Mr Hart’s letter said that although the decision to use the camp to house asylum seekers had caused “much frustration and anger” in the community, the Home Office claimed it had “little option at the time.”
The first of around 250 male asylum seekers aged between 18-35 moved into the site in September of last year.
The decision comes after an independent inspection of the Penally site, as well that of Napier Barracks in Folkestone, Kent, found they were “impoverished, run-down and unsuitable for long-term accommodation”.
Mr Hart’s letter on Tuesday said: “I am very pleased to confirm that the Home Office has agreed to return Penally Camp to the Ministry of Defence by March 21.
“The decision has been taken following many weeks of discussions between myself, the Wales Office and the Home Office ministerial team.
“During those meetings and discussions (which have been taking place almost daily over the last few months) we have tried to ensure that the concerns of everybody involved have been properly and legally accounted for.
“The impact of flight and accommodation regulations due to Covid-19 have made this much more complicated than would usually be the case.
“I am deeply conscious that the manner in which the use of Penally came about caused much frustration and anger. The Home Office has recognised this contributed to heightened tensions, but stress they had little option at the time.”
Mr Hart’s letter paid tribute to police, the health board and the local authority for their efforts in “maintaining a measured approach to a situation thrust upon them at short notice”.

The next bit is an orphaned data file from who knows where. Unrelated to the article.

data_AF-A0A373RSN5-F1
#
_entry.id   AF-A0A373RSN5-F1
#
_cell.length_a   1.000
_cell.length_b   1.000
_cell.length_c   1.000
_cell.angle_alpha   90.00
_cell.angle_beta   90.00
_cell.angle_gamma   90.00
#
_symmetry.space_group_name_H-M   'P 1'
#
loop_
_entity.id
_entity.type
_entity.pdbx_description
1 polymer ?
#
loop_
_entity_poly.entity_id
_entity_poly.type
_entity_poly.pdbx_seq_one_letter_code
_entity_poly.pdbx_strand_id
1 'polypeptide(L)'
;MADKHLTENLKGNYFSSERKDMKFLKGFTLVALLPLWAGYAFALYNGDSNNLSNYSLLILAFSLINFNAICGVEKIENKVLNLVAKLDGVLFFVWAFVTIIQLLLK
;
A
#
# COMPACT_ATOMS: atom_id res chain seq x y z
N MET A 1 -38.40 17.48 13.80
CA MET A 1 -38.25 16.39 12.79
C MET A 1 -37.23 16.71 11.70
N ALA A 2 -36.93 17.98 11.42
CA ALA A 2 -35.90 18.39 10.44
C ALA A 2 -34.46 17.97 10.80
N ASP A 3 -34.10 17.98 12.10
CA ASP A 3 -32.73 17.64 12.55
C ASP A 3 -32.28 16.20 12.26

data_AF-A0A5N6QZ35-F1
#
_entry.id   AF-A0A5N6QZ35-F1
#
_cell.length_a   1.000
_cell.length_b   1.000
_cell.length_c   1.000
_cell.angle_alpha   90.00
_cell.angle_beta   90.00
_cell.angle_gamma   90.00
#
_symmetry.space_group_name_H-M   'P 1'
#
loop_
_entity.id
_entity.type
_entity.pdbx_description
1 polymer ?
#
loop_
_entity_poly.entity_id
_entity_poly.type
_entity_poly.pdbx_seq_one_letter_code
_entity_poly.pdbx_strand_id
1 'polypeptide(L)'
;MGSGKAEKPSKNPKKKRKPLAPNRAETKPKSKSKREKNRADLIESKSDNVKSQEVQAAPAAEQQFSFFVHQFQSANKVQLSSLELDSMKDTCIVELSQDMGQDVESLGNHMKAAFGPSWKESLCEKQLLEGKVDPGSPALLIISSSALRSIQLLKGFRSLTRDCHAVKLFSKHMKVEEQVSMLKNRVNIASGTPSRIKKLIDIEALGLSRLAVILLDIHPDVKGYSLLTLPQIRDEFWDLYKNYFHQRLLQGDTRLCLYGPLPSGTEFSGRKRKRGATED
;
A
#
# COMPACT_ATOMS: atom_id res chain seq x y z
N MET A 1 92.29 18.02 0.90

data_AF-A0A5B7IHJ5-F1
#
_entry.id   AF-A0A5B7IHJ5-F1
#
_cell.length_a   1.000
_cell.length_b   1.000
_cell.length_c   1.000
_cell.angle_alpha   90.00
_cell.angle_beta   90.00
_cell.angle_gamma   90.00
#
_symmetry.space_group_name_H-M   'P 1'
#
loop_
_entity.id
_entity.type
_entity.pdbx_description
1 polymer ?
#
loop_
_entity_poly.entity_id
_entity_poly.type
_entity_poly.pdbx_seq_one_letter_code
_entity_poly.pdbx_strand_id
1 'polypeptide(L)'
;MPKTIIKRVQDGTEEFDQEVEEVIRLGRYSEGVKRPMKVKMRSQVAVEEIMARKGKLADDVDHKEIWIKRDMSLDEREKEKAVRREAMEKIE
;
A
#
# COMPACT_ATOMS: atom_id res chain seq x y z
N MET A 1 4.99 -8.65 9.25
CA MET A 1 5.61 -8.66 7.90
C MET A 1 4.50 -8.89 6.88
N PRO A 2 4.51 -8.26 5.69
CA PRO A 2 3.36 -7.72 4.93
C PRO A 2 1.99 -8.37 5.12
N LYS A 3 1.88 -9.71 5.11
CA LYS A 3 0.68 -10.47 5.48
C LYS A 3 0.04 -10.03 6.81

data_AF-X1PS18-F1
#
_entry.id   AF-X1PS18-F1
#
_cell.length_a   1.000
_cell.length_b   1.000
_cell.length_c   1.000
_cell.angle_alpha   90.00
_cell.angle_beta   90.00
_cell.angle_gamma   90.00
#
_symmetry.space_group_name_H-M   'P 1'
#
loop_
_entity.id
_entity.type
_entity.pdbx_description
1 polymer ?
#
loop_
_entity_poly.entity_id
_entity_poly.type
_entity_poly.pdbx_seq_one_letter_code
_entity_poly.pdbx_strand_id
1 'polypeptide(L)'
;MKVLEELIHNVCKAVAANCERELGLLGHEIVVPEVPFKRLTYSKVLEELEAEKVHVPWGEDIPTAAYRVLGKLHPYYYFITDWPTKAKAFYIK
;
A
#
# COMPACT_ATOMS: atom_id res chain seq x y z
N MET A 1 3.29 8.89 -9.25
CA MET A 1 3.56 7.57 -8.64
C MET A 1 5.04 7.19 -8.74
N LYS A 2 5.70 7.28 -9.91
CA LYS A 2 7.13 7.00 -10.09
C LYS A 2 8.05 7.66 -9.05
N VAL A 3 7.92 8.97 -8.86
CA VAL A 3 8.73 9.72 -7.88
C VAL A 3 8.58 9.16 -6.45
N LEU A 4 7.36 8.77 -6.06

The Home Office has faced repeated criticism over its use of Penally Camp and Napier Barracks to accommodate asylum seekers.
However, Home Secretary Priti Patel and Immigration Minister Chris Philp have both previously defended the use of such sites.
Last week, an independent report found “fundamental failures” over housing asylum seekers at the military barracks, parts of which were “filthy”.
It followed inspections by the Independent Chief Inspector of Borders and Immigration (ICIBI) and Her Majesty’s Inspectorate of Prisons (HMIP).
Inspectors said: “The environment at both sites, especially Napier, was impoverished, run-down and unsuitable for long-term accommodation.”
At both locations, residents described feeling trapped in poor conditions and feared that if they moved out they would jeopardise their only source of support and possibly their asylum cases.
Residents at both locations reported being shouted at and intimidated by protesters and members of the public who did not want them there.
Penally Camp is used by the Ministry of Defence for training courses, which have been rescheduled or moved to alternative military sites during their use as temporary accommodation.
Police and Crime Commissioner for Dyfed-Powys Police, Dafydd Llywelyn, said: “I’m extremely pleased to hear today’s announcement, and that finally we will see the closure of the asylum centre in Penally.
“It will be a welcomed relief not only to local residents in Penally and the surrounding area, but also to the asylum seekers within the centre.”
He said a lack of strategic planning, as well as a lack of community engagement, led to “unnecessary pressure being put on local resources at a time when we are trying to protect our communities from a global pandemic”.
Kolbassia Haoussou, director of survivor empowerment at Freedom from Torture, called on the Government to also close Napier Barracks, adding: “How people are housed is about more than just providing shelter. It is a reflection of how we, as a society, treat those who are most vulnerable.
“If this Government is serious about improving the asylum system, it will close the barracks, make quick and fair asylum decisions, and house people humanely within our communities so they can start to rebuild their lives.”